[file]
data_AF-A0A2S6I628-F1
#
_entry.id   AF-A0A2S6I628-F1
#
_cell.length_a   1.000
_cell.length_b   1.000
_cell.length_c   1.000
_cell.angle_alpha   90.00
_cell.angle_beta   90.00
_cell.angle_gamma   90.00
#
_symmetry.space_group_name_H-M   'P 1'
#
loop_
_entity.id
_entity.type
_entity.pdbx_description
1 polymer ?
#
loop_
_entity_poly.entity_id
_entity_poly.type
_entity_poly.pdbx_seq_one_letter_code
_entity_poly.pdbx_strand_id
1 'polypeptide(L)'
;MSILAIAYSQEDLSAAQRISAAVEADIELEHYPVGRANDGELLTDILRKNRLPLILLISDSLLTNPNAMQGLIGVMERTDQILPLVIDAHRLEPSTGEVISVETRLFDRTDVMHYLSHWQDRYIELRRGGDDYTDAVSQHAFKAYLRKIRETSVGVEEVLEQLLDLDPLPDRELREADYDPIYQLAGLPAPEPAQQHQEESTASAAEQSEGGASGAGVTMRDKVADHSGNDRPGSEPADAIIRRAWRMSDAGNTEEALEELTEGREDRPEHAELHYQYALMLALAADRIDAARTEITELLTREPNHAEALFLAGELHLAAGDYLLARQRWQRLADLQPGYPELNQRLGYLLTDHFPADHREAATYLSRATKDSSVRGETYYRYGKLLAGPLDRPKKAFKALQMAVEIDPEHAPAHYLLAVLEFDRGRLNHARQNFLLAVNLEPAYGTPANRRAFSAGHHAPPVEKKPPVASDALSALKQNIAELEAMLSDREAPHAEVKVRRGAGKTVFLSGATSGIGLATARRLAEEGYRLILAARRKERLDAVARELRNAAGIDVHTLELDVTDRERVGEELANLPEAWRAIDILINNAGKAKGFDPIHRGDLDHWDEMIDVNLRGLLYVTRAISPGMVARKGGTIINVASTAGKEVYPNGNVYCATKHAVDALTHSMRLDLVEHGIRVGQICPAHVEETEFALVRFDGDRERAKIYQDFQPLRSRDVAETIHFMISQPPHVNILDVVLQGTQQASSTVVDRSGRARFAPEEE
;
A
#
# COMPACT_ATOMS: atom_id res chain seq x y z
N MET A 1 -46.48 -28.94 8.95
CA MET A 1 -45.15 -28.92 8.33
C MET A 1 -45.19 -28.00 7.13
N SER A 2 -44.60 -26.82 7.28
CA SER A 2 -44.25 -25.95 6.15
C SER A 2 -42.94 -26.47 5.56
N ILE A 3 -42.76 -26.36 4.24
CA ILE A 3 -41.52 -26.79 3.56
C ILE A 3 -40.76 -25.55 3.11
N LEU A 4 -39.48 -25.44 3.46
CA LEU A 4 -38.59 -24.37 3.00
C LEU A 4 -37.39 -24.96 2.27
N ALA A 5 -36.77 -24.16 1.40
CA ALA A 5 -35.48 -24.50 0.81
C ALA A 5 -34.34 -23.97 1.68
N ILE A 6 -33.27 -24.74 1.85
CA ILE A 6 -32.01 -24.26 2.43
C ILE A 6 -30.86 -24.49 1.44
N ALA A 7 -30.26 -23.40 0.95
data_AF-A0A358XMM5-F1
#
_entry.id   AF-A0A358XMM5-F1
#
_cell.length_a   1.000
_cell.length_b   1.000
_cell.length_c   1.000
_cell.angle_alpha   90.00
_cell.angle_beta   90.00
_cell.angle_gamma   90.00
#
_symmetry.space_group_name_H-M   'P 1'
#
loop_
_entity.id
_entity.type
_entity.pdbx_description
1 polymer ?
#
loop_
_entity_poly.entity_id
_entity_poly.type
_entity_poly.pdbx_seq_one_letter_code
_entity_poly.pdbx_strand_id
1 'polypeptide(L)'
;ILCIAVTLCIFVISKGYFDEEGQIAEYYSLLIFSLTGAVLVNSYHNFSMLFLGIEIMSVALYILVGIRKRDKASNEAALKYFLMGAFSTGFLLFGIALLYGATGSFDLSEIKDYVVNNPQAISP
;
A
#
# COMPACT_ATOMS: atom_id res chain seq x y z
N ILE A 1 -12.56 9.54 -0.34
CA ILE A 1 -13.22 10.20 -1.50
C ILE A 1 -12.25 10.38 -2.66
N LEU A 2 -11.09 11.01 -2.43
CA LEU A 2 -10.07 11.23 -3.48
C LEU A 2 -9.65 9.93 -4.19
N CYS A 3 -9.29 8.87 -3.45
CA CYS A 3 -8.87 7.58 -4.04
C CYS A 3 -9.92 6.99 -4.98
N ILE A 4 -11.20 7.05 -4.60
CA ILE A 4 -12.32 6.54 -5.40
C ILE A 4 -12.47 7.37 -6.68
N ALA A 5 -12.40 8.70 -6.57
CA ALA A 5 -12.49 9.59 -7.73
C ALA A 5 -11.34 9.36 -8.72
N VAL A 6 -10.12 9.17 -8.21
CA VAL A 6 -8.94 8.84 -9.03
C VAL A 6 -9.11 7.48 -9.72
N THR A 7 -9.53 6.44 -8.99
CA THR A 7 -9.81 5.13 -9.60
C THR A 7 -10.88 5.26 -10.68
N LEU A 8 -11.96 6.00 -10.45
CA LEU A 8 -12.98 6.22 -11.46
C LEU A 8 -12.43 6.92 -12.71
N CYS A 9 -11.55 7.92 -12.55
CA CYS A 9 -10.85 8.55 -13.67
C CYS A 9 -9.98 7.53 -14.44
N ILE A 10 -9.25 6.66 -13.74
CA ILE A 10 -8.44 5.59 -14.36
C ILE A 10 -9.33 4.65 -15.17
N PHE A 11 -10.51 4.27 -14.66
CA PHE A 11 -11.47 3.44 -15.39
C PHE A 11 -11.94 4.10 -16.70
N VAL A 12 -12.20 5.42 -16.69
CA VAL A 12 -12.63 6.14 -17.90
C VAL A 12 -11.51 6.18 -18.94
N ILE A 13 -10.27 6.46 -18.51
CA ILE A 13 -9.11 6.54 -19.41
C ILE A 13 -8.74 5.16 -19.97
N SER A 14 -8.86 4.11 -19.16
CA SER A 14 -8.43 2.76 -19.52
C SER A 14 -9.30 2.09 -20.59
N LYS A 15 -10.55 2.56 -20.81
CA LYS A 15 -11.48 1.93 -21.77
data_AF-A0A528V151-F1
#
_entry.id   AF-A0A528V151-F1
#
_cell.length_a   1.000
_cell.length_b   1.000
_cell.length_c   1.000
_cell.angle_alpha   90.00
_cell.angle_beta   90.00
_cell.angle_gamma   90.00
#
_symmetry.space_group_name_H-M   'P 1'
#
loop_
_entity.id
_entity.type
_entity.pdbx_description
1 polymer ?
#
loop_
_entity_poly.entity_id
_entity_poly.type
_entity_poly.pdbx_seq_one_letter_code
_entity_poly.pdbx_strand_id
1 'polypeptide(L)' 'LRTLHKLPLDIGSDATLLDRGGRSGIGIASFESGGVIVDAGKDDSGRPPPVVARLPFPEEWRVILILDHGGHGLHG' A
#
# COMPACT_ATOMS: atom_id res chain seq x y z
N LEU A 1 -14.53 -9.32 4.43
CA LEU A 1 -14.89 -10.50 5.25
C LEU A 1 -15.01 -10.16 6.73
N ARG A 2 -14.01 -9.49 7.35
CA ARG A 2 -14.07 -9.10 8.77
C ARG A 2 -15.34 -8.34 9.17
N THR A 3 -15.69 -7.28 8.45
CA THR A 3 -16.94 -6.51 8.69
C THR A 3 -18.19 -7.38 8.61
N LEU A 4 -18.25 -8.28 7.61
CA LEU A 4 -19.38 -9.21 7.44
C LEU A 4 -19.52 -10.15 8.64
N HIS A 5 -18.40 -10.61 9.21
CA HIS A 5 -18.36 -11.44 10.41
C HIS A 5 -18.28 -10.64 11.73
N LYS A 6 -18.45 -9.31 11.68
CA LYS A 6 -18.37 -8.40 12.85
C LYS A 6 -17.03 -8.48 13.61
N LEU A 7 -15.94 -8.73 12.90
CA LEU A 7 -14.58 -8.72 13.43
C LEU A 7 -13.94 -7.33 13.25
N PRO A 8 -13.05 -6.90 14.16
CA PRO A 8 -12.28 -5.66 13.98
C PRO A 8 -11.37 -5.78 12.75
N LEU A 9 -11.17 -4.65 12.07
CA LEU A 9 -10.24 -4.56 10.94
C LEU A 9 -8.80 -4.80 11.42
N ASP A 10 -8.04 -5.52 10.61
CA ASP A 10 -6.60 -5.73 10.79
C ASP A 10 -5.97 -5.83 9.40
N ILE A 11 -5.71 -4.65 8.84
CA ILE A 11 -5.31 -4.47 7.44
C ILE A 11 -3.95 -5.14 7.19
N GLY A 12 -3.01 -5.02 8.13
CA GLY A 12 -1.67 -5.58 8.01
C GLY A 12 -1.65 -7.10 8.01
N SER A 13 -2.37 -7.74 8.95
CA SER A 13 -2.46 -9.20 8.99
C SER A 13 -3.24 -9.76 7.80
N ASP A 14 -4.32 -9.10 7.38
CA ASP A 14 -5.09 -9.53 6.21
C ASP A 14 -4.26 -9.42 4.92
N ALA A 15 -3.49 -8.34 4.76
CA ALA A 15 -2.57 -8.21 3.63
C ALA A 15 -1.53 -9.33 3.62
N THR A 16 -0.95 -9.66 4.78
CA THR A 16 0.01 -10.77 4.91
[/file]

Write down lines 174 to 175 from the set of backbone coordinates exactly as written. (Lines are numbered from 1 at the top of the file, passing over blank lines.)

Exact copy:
C PRO A 8 -11.37 -5.78 12.75
N LEU A 9 -11.17 -4.65 12.07